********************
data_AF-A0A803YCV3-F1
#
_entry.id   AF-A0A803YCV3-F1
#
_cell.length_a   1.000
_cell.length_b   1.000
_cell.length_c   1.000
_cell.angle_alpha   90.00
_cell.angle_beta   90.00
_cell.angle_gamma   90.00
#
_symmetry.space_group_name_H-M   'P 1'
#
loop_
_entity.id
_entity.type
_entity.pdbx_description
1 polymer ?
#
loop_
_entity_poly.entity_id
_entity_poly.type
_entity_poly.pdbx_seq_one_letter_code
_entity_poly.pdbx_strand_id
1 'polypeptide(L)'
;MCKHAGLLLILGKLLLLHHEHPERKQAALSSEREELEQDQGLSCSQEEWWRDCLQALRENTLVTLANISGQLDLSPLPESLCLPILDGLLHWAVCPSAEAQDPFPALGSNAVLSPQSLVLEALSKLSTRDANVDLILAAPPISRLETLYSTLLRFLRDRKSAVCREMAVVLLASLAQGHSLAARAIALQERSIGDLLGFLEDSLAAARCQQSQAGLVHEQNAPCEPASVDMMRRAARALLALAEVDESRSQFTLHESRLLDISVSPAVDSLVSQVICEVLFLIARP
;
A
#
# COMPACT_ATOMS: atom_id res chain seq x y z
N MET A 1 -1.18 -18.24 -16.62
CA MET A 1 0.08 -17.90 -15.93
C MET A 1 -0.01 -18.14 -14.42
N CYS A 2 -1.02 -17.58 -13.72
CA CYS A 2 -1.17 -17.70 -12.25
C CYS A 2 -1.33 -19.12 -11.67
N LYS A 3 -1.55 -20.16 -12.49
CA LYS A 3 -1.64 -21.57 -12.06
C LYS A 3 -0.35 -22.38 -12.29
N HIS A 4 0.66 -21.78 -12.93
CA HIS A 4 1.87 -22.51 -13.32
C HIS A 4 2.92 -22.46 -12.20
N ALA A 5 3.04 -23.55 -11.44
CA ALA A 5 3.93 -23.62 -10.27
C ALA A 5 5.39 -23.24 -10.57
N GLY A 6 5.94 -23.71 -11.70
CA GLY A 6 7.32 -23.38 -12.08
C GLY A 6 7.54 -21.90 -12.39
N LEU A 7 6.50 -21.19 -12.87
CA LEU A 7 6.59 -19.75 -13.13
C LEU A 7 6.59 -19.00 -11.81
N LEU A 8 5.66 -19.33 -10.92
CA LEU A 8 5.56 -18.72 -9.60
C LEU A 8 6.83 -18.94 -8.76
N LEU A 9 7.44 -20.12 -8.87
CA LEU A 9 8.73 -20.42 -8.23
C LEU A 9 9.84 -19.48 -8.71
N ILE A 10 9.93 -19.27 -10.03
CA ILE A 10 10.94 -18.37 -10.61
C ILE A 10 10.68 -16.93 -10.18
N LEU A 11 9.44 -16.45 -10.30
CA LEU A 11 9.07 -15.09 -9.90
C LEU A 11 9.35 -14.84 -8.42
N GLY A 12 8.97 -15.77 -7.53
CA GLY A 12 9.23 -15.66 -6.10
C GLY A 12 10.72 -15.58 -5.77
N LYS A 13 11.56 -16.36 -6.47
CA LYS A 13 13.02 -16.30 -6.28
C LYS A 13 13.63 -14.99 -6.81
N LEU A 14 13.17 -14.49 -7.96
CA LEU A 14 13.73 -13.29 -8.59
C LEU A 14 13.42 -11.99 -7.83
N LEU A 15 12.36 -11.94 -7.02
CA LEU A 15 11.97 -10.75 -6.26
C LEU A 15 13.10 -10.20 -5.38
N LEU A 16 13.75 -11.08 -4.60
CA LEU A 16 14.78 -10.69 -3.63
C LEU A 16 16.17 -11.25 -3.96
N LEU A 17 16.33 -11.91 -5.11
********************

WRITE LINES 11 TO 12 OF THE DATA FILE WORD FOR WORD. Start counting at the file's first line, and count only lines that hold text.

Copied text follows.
#
_symmetry.space_group_name_H-M   'P 1'